The Ottawa were to become citizens of the State of Kansas in July, 1867, their annuities to be commuted and paid to them. Heads of families were to receive 160 acres of land each, and all other members, eighty acres each; none of this land to be sold until they became citizens, and forty acres, including house and improvements, not to be sold during the life of the owner. Twenty thousand acres of average lands were to be located for school purposes, and the remainder to be sold to actual settlers, at not less than $1.25 per acre. Four years later, the Ottawa were paid their last annuity. Of their lands, 87,000 acres were sold to settlers, and 20,000 given to Ottawa University. 


On February 23, 1867, a treaty was made with the Ottawa still living in Kansas, providing for their removal to the Indian Territory. There, they purchased almost 15,000 acres of the Shawnee reservation. By this time, there were only about 200 Ottawa left.

In 1956 The United States Government decided that the Ottawa Tribe served no purpose and terminated them. The Ottawa, however, did not give up and on May 15, 1978 the Ottawa Tribe was restored. today the tribe has almost 5,000 members.


Contact Information:


Ottawa Tribe of Oklahoma

P.O. Box 110
Miami, Oklahoma  74355




Compiled by Kathy Weiser/Legends of Kansas,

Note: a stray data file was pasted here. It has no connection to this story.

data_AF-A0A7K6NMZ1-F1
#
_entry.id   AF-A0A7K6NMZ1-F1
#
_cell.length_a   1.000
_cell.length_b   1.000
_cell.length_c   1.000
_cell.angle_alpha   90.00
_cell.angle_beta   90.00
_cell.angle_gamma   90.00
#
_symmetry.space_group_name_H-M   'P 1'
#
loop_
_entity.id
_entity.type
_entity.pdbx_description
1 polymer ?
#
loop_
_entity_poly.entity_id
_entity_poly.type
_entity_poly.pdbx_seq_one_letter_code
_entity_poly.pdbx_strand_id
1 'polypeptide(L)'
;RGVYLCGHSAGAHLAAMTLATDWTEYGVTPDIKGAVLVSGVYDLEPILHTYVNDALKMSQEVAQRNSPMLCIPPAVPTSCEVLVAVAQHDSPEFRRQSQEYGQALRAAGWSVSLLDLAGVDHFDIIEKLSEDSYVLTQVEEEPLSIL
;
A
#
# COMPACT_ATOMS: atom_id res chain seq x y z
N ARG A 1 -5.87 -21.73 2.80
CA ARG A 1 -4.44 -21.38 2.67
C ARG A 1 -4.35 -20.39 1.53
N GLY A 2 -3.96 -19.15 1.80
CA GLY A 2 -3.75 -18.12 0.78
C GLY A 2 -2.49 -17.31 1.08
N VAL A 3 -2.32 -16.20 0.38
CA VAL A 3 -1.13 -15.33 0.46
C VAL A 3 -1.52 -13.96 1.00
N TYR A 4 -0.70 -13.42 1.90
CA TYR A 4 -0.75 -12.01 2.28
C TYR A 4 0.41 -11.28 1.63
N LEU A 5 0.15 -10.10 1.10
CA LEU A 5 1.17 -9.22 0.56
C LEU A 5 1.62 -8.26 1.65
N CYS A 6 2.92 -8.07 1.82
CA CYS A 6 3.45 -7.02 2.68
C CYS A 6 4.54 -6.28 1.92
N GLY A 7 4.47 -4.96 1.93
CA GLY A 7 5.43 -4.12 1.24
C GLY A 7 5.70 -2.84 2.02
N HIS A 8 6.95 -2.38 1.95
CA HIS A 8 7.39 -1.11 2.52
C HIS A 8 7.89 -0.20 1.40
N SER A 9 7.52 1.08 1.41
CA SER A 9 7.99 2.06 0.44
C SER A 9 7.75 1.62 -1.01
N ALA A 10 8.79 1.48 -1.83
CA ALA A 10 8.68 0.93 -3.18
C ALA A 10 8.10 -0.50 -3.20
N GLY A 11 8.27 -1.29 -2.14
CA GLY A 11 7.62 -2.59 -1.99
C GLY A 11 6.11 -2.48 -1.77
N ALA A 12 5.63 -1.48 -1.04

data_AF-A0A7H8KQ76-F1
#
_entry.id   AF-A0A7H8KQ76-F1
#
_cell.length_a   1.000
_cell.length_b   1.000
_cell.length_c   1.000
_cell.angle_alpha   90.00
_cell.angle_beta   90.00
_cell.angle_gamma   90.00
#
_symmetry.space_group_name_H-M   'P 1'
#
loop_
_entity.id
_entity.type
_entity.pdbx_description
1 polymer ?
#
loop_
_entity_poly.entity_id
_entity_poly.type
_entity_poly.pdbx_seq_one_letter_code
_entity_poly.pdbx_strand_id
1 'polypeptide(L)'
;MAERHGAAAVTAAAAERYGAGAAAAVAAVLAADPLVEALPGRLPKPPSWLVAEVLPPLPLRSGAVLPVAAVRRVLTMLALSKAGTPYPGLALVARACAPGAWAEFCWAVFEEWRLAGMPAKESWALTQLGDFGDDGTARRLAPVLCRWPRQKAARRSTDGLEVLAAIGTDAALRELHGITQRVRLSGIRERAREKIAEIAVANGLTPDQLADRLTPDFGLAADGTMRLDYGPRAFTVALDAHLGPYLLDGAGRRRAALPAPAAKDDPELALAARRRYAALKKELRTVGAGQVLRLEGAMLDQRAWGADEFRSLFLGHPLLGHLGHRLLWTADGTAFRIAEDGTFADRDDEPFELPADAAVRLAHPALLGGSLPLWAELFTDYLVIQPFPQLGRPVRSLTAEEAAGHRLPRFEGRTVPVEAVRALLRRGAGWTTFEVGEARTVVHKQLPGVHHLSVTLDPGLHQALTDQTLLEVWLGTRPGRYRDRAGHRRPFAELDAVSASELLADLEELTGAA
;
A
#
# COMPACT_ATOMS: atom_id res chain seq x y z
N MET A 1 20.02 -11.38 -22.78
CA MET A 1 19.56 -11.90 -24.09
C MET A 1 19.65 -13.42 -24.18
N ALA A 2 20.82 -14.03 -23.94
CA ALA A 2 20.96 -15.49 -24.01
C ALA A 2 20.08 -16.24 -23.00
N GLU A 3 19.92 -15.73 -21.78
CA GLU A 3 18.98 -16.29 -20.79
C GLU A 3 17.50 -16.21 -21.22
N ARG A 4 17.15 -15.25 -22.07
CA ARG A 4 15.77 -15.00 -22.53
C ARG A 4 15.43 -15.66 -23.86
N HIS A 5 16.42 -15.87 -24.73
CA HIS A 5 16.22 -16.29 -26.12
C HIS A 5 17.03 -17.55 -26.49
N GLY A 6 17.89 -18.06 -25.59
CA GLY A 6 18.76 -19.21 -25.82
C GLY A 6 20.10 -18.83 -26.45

updated March, 2017.


About this article: The primary content for this article is an edited rendition of the Ottawa Indians as told in William G. Cutler's History of the State of Kansas, first published in 1883 by A. T. Andreas, Chicago, Illinois. Note that the article is not verbatim as minor corrections for spelling and punctuation, editing for clarity, and updates since the article was first written, have been made.


Rocky Mountain General Store LogoFrom Legends' General Store

Legends' General Store provides a number of items for our nostalgic and traveling readers. Here, you'll find a wide selection of new and used books, postcards, vintage photographs, Route 66 memorabilia, videos,, museum quality art prints, and Custom Products only available through the Legends' General Store, and much more. Legend's of America's General Store is our avenue for to support this website, without pop-up ads, and continue our travels to provide even more interesting stories and information. Come on in and take a look around.

Tee-Pee Trading Post

TeePeeTrading Post

 Photo Prints from Legends of America

Photo Prints

Postcard Rack - Vintage and current postcards for sale.

Postcard Rack

Route 66 Emporium

Route 66 Emporium

Books at the Rocky Mountain General Store

The Book Shelf

Old West Mercantile

Old West Mercantile

  About Us      Contact Us       Article/Photo Use      Guestbook      Legends Of America      Links      Photo Blog      Site Map     Writing Credits  

Copyright 2009-Present, www.Legends of Kansas.com is a web property of Legends Of America